creative, game-style ideas that are helpful for all types of children,
but especially the non-traditional learner.

File folder games http://www.hslda.org/elink.asp?id=7192 and other
educational games http://www.hslda.org/elink.asp?id=7193 can be
integrated into the learning day; if you use workboxes,
http://www.hslda.org/elink.asp?id=7194 these activities can go
straight into their boxes. Or you can block out time for games in
their lesson plan books. You could have a math games
http://www.hslda.org/elink.asp?id=7195 day one day a week, or
incorporate some vocabulary-based games for language arts. Your kids
may have so much fun learning, you'll make games part of their
everyday routine!


Don't limit yourself to only "educational" games
Board games http://www.hslda.org/elink.asp?id=7196 such as Yahtzee,
True Math, Set, 24, and Number Jumbler are some obvious math choices,
but any game that incorporates money or points can reinforce math
skills. Language games--including Scrabble, Guggenheim, Taboo,
Balderdash, Scattergories, and Password--reinforce vocabulary as well
as thinking skills.

Brainteaser games such as Set and Mindtrap encourage logic and
strategy. Puzzle books, hidden pictures, and I Spy encourage critical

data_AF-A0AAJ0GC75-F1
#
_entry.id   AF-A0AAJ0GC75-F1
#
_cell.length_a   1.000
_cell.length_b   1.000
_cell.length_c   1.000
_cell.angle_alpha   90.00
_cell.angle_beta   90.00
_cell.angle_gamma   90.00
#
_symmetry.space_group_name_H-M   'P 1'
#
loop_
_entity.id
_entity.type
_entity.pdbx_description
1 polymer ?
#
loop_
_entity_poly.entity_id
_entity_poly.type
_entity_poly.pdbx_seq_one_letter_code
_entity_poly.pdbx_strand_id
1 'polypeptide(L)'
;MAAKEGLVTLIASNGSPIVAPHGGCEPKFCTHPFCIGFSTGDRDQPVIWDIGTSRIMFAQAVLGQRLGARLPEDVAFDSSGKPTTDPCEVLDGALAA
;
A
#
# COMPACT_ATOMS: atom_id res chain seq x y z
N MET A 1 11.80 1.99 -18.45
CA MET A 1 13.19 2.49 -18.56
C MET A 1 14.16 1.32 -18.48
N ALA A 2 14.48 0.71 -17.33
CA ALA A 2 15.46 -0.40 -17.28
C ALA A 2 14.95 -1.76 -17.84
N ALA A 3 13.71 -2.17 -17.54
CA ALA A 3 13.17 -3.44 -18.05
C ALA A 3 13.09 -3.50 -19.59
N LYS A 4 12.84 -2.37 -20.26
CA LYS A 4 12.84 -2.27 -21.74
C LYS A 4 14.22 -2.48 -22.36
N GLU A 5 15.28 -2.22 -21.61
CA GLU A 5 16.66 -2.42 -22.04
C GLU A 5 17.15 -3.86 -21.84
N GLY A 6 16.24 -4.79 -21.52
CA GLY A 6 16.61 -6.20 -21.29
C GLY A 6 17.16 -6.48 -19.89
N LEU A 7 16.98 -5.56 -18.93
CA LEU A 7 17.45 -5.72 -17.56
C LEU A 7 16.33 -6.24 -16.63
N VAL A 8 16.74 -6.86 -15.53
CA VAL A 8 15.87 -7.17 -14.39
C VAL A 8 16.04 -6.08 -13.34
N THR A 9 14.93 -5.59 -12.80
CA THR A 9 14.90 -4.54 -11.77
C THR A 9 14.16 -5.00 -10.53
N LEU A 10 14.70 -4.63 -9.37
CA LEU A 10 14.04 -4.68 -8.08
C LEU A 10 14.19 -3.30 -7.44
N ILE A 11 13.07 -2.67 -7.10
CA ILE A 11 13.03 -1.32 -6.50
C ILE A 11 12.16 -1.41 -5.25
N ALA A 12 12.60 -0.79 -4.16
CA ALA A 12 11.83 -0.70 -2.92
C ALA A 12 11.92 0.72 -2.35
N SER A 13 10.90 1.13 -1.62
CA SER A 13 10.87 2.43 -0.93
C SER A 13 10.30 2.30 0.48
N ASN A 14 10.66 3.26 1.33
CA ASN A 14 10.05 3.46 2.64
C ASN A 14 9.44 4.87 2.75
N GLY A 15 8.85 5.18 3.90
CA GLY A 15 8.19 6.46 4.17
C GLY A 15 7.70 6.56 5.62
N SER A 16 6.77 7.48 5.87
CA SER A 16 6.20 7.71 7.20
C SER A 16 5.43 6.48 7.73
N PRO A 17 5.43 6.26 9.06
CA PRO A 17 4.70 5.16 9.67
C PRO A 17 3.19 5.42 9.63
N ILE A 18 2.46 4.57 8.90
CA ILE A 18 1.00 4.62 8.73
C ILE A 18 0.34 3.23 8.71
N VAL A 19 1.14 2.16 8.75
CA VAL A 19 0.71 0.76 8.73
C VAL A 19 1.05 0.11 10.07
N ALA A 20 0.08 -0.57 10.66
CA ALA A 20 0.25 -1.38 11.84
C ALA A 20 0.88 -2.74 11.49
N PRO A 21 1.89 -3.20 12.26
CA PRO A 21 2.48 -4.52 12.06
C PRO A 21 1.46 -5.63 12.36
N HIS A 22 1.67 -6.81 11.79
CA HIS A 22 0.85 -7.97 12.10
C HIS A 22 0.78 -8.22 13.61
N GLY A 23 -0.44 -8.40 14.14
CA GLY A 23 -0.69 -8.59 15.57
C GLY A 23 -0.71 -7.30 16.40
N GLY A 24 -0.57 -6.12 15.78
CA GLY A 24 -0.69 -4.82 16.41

thinking and observation.

Jigsaw puzzles aid in visual discrimination for beginning readers; for
example, a child who can discern the slight variances in puzzle shapes
will be more likely to recognize the differences between a b and a d
or a p and a q. Puzzles can also encourage patience, cooperation,
problem solving, and art appreciation. My girls spent hours together
constructing a 3D puzzle of the U.S. Capitol building
http://www.hslda.org/elink.asp?id=7197 .

Trivia games can be useful for reviewing facts such as dates, titles,
biographical info, Bible information, and more. When choosing trivia
games, be sure to consider the ages and abilities of the players. If
they are likely to become a bit too competitive or unevenly matched,
team play can be an option.

Scavenger hunts http://www.hslda.org/elink.asp?id=7198 or treasure